The second pillar of the Framers’ reforms was “competent powers.” Chief among the president’s enumerated powers is law enforcement. “The execution of the laws and the employment of the common strength, either for this purpose or for the common defense, seem to comprise all the functions of the executive magistrate,” Hamilton observed. Article II’s general grant of the executive power and its requirement that the president “take Care that the Laws be faithfully executed” both restrict and empower the executive. They make clear that the president cannot suspend the law of the land at his whim, as British kings had, but they also give the president authority both to enforce the law and to interpret it. Enforcing the law gives the president the right to compel the obedience of private individuals, and even states, to federal law. At critical times in American history — the Republic’s early years, the Civil War, and the civil rights revolution — presidents have even called out the military to fulfill this constitutional duty.
Foreign affairs is the other major field of presidential power. When the Framers ratified the Constitution, they understood that Article II’s grant of “the executive power” continued the Anglo-American tradition of locating the foreign affairs power generally in the executive branch. The Federalists did not look to the executive to manage war and peace just for tradition’s sake. They understood the executive to be functionally best matched in speed, unity, and decisiveness to the unpredictable high stakes of foreign affairs. The executive’s control of foreign affairs, however, was hardly absolute. Making treaties and sending ambassadors would require senatorial consent. Moreover, though the president would control the soldiers and diplomats, only Congress could raise and fund the military and the State Department, control international commerce, and enact domestic legislation.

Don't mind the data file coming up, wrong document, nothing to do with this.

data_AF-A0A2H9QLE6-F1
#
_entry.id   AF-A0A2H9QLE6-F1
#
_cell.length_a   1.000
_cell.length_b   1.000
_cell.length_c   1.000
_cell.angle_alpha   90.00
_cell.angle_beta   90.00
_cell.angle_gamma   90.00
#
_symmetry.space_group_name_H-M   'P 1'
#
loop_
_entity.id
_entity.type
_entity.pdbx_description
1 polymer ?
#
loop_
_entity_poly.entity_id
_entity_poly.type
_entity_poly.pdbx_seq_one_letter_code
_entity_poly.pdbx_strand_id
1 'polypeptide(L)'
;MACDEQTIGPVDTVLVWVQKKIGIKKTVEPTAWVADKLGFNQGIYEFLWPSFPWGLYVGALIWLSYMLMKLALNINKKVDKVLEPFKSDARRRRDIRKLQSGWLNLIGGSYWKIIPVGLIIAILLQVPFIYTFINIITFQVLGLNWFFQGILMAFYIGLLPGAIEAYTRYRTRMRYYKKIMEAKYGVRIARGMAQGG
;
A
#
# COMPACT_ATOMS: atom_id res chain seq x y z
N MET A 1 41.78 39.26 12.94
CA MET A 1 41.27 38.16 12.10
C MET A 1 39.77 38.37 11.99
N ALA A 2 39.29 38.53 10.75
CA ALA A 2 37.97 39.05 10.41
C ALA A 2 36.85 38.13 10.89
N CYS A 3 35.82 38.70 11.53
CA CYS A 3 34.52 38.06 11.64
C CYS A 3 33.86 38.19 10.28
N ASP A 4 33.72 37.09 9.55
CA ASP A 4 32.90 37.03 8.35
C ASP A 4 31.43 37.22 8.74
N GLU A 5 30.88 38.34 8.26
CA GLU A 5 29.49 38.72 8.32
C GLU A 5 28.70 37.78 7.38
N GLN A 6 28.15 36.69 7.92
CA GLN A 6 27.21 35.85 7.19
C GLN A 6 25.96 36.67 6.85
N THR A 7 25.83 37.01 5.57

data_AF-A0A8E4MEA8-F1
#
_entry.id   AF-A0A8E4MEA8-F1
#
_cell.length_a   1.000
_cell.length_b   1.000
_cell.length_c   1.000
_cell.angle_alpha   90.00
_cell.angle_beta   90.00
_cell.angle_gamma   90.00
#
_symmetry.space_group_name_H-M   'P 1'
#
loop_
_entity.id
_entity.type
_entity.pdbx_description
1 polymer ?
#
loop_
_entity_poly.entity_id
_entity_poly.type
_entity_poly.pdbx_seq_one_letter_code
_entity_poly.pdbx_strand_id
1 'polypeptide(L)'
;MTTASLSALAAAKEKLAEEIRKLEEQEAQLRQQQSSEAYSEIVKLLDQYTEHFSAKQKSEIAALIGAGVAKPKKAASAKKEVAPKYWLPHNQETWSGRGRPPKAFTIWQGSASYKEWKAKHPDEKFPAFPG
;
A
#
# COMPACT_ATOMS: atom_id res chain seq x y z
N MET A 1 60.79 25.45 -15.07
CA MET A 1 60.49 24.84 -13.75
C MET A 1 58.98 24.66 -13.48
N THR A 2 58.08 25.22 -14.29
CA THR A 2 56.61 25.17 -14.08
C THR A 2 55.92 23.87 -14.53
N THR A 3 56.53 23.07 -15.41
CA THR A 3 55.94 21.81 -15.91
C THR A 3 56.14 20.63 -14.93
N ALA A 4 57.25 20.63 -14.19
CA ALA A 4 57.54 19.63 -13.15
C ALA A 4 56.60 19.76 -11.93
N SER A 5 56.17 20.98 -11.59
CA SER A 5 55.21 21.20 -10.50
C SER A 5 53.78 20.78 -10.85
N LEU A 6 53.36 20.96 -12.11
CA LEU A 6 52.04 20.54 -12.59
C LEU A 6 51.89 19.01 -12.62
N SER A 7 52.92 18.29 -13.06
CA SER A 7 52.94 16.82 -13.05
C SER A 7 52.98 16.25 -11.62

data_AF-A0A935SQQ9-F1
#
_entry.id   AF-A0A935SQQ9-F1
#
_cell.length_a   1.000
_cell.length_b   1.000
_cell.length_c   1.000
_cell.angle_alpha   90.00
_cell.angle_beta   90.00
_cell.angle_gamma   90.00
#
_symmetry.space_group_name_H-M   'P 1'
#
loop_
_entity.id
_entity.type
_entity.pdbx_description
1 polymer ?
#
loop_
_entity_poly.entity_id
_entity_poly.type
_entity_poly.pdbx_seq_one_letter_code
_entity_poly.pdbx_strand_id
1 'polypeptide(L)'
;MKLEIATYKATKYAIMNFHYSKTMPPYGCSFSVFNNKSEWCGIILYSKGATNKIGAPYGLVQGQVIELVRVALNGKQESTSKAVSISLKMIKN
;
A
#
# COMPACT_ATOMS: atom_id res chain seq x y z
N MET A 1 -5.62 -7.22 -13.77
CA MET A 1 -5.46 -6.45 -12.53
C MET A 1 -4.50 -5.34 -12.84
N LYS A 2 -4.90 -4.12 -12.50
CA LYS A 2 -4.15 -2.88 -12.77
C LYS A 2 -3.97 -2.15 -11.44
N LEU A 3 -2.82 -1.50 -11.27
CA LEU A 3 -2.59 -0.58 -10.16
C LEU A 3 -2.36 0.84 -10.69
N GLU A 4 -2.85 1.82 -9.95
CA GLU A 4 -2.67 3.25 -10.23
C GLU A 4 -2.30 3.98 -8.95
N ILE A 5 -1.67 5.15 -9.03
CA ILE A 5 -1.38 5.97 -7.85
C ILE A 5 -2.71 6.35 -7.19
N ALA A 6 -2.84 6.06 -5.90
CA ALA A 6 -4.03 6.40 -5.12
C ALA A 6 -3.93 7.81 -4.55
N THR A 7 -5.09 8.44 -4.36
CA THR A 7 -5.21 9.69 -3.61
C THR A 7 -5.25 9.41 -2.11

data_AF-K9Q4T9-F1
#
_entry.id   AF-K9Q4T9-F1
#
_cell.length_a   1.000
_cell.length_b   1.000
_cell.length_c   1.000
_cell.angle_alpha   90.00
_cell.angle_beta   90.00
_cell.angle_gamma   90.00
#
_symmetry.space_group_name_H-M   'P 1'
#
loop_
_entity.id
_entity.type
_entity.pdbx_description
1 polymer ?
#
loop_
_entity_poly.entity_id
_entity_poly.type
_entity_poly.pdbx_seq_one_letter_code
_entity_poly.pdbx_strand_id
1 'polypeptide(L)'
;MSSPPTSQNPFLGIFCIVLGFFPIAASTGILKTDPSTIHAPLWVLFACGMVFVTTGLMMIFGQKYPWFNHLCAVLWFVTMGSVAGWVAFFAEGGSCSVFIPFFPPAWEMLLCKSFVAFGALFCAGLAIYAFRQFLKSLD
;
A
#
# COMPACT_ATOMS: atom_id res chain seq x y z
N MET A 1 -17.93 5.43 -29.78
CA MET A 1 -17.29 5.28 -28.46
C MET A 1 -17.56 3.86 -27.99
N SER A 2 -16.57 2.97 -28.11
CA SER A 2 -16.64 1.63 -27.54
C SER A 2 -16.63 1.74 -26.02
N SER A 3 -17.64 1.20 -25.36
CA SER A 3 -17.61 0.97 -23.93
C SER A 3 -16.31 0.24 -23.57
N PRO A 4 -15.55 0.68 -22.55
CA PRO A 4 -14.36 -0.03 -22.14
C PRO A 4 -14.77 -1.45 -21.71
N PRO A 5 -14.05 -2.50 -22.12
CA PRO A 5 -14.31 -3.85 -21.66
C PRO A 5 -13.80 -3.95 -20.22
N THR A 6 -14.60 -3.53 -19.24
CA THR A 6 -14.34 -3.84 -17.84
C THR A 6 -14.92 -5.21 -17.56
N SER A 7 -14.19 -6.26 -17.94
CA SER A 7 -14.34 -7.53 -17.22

Some critics of the modern presidency imagine the Constitution was created in an era that rejected all things monarchical. But they fail to recognize that the Framers who wrote the Constitution saw the wisdom of a powerful and independent executive. The chief executive that emerged from the Philadelphia convention was stronger than any extant state executives and even some crowned monarchs.
Of course, many Americans don’t like strong executives. Whenever presidents are thought to overreach, they are accused of being another “King George.” Virtually any president of consequence has been accused of being a Caesar or a despot. Even Washington, the father of our country, faced these claims. So did “King Andrew the First” (Andrew Jackson) and the “tyrant and a dictator” (Abraham Lincoln). President George W. Bush was derided as King George and President Barack Obama got a promotion to “King Obama.”
President Trump now suffers from the same comparisons. His presidency is still in the early innings. We cannot say how it will unfold. But he is not the first president to be denounced as an autocrat, and he will not be the last. Above all, we should not permit disagreement with the individuals who have occupied the office to obscure the Framers’ signal achievement. They bequeathed to us an executive independent but accountable, vigorous but limited, capable of responding to extraordinary crises yet within the stable framework of our government.
John Yoo is a law professor at UC Berkeley, visiting scholar at the American Enterprise Institute, and a participant of the Federalist Society’s nonpartisan Article I Initiative. His new book is “Striking Power: How Cyber, Robots, and Space Weapons Change the Rules for War.” firstname.lastname@example.org
Saikrishna Prakash is the James Madison distinguished professor and Miller Center senior fellow at the University of Virginia and is the author of “Imperial from the Beginning: The Constitution of the Original Executive.” email@example.com